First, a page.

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It’s often the case in larger Group Policy environments, that over time you collect so many GPOs, that you no longer know what all of them do or what’s contained within them. If you’re in the process of trying to cleanup or streamline your GPOs, then finding EMPTY GPOs can be a useful exercise. But it’s not always that simple to find those empty GPOs. When it comes to Group Policy, there’s empty and then there’s “EMPTY”. As I’ve written before, whenever a change occurs to a GPO, that GPO’s version number is incremented. You can see the effect of this within GPMC, by viewing the Details tab on any GPO (see the figure below).

Viewing a GPO's Version Information

Viewing a GPO’s Version Information

As the figure shows, a GPO has both a per-user and per-computer version, depending upon whether the change was made to the computer or user side of the GPO. This version number continues to increment as any GPO changes are made. So, it stands to reason that any GPO who’s computer and user version numbers are zero (0), should be empty. That’s a pretty good first step for finding empty GPOs. I posted the following short PowerShell script a while back on the Microsoft TechNet Group Policy forum, to show how you could find GPOs who’s version numbers are 0, and I’m re-posting it here:

import-module grouppolicy
$gpos = get-gpo -All
foreach ($item in $gpos)
    if ($item.Computer.DSVersion -eq 0 -and $item.User.DSVersion -eq 0)
         write-host $item.DisplayName is empty

You’ll noticed that this script uses the Microsoft Group Policy PowerShell module built into GPMC on Windows 7 and above. Basically all it does is get a reference to all GPOs in the domain (get-gpo -all) then iterates through each one, checking to see if the per-computer and per-user AD versions are 0 (in this case, I’m ignoring the SYSVOL version because if the AD version is 0, it’s pretty much a guarantee that the SYSVOL version has to be as well). If both are zero, then I output the GPO’s name. Of course, you could do something more meaningful, like using the Remove-GPO cmdlet to delete the GPOs that are empty.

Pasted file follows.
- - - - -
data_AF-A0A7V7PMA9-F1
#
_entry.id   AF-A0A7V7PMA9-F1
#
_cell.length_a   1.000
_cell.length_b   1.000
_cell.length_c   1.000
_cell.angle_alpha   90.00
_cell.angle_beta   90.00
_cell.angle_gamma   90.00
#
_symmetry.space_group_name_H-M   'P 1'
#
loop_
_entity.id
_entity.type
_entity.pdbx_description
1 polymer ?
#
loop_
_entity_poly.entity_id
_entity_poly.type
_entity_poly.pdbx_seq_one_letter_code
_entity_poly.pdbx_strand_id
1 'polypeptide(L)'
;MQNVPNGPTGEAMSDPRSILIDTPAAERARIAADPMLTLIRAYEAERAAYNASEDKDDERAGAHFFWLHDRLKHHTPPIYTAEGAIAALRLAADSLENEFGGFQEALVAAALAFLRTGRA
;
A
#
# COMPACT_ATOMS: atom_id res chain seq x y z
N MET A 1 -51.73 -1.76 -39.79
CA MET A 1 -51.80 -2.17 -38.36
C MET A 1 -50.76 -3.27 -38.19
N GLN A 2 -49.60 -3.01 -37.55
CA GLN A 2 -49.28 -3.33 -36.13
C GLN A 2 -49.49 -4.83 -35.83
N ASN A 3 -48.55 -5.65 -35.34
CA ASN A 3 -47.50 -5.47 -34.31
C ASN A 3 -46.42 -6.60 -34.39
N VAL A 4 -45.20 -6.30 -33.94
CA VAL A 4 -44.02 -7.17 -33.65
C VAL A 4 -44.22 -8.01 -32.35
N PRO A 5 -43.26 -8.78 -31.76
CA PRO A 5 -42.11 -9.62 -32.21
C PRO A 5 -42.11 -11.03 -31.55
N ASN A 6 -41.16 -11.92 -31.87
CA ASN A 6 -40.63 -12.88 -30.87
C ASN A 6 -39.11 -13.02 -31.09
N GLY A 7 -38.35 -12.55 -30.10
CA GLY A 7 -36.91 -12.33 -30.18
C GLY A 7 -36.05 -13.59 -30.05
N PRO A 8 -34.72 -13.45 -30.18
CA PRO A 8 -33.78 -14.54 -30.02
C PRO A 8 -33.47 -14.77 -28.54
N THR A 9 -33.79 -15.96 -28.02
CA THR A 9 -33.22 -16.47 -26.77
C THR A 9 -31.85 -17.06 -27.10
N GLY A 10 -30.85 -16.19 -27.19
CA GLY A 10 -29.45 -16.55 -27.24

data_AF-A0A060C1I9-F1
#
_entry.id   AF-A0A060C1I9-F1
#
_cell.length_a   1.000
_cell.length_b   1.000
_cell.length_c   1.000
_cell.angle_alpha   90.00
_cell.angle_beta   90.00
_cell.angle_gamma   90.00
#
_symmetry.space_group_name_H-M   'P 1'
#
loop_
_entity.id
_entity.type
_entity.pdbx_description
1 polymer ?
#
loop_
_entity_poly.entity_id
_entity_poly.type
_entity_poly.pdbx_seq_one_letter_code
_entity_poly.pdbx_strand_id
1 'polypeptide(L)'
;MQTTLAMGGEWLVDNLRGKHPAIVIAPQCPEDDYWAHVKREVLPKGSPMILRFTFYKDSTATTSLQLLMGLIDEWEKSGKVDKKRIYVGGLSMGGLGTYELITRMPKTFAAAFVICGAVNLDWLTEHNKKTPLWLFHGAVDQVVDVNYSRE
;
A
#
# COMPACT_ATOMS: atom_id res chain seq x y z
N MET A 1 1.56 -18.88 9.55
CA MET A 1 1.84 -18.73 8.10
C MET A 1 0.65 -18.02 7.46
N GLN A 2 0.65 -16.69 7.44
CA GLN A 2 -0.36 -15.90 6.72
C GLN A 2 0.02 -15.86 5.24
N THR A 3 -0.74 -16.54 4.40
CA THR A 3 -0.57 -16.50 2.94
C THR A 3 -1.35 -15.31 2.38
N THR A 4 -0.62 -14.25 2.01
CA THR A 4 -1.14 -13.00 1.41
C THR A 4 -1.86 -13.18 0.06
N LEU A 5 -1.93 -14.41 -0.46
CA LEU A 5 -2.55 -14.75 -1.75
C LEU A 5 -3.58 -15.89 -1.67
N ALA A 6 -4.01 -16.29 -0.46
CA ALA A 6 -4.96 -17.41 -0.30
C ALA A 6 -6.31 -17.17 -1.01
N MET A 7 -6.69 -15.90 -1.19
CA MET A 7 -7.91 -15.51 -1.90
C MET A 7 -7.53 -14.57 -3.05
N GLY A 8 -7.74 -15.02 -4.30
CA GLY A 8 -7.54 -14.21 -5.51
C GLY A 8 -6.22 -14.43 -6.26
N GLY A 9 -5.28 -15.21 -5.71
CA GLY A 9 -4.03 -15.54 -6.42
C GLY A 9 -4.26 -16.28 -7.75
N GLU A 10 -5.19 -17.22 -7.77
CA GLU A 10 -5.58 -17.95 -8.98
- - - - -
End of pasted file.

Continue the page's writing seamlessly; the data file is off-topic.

This is a good first step, but it’s not the whole story. It is possible to have a GPO that is empty of settings, who’s version number is not zero, but that no longer contains any GPO settings. Take the following example. You create a new GPO, edit it and set the following policy to “Enabled”: Computer Configuration\Policies\Administrative Templates\System\Logon\Always Wait for the Network at Computer Startup and Logon. By setting that policy, the computer side of the GPO has it’s version incremented to 1. Now, let’s say later you decide that you don’t really want that policy, so you go back into the GPO and set that same policy to “Not Configured”. Well that increment’s the GPO’s computer version to 2, but effectively there are no settings left in the GPO–it is empty. So, how do you find that? Well that is a much harder problem to solve, especially across all policy settings. You essentially need to query each policy area to determine if it contains any valid settings. Fortunately, this problem is solved pretty nicely using SDM Software’s GPO Exporter product. The Exporter contains 10 canned reports that return all kinds of useful information about your GPO deployments. One of those reports is the “Empty GPOs” report, which not only finds GPOs with version numbers of 0, but also scours the setting areas within a GPO to determine if any of them have been set. So the scenario I painted above can easily be handled. The figure below provides a sample of the report itself, which not only includes empty GPOs but also lists where those GPOs are linked.

Empty GPOs Report from GPO Exporter

Empty GPOs Report from GPO Exporter